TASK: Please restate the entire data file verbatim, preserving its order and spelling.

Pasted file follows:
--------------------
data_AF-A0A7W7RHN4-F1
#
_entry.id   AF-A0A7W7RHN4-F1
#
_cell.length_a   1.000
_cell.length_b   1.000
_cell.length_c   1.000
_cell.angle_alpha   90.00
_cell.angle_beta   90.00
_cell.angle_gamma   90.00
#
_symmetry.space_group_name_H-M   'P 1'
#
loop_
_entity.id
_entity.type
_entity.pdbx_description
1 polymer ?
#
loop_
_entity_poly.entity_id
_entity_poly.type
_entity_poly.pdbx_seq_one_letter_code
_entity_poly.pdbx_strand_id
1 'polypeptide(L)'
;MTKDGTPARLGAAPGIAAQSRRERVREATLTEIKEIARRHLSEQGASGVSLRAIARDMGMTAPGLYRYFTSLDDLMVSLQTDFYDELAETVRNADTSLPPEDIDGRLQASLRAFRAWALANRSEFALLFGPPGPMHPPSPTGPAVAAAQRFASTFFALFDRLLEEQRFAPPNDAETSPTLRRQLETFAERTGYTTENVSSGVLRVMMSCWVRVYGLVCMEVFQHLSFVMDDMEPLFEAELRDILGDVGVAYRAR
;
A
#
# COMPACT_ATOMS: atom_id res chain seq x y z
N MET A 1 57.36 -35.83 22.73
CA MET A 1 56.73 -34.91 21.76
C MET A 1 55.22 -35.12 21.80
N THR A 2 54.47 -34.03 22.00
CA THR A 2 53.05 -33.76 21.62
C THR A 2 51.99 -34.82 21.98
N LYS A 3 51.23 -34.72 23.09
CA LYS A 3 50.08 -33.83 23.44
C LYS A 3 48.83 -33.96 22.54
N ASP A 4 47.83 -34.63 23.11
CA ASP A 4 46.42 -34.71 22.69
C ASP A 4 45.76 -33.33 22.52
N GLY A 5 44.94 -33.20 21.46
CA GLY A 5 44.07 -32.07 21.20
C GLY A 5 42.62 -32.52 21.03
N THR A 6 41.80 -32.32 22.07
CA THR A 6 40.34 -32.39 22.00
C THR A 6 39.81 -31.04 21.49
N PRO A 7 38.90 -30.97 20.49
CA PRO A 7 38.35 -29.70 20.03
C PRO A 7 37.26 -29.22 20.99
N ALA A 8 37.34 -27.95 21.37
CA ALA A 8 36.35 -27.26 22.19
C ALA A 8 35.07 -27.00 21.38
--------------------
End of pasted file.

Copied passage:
data_AF-A0A7W7RHN4-F1
#
_entry.id   AF-A0A7W7RHN4-F1
#
_cell.length_a   1.000
_cell.length_b   1.000
_cell.length_c   1.000
_cell.angle_alpha   90.00
_cell.angle_beta   90.00
_cell.angle_gamma   90.00
#
_symmetry.space_group_name_H-M   'P 1'
#
loop_
_entity.id
_entity.type
_entity.pdbx_description
1 polymer ?
#
loop_
_entity_poly.entity_id
_entity_poly.type
_entity_poly.pdbx_seq_one_letter_code
_entity_poly.pdbx_strand_id
1 'polypeptide(L)'
;MTKDGTPARLGAAPGIAAQSRRERVREATLTEIKEIARRHLSEQGASGVSLRAIARDMGMTAPGLYRYFTSLDDLMVSLQTDFYDELAETVRNADTSLPPEDIDGRLQASLRAFRAWALANRSEFALLFGPPGPMHPPSPTGPAVAAAQRFASTFFALFDRLLEEQRFAPPNDAETSPTLRRQLETFAERTGYTTENVSSGVLRVMMSCWVRVYGLVCMEVFQHLSFVMDDMEPLFEAELRDILGDVGVAYRAR
;
A
#
# COMPACT_ATOMS: atom_id res chain seq x y z
N MET A 1 57.36 -35.83 22.73
CA MET A 1 56.73 -34.91 21.76
C MET A 1 55.22 -35.12 21.80
N THR A 2 54.47 -34.03 22.00
CA THR A 2 53.05 -33.76 21.62
C THR A 2 51.99 -34.82 21.98
N LYS A 3 51.23 -34.72 23.09
CA LYS A 3 50.08 -33.83 23.44
C LYS A 3 48.83 -33.96 22.54
N ASP A 4 47.83 -34.63 23.11
CA ASP A 4 46.42 -34.71 22.69
C ASP A 4 45.76 -33.33 22.52
N GLY A 5 44.94 -33.20 21.46
CA GLY A 5 44.07 -32.07 21.20
C GLY A 5 42.62 -32.52 21.03
N THR A 6 41.80 -32.32 22.07
CA THR A 6 40.34 -32.39 22.00
C THR A 6 39.81 -31.04 21.49
N PRO A 7 38.90 -30.97 20.49
CA PRO A 7 38.35 -29.70 20.03
C PRO A 7 37.26 -29.22 20.99
N ALA A 8 37.34 -27.95 21.37
CA ALA A 8 36.35 -27.26 22.19
C ALA A 8 35.07 -27.00 21.38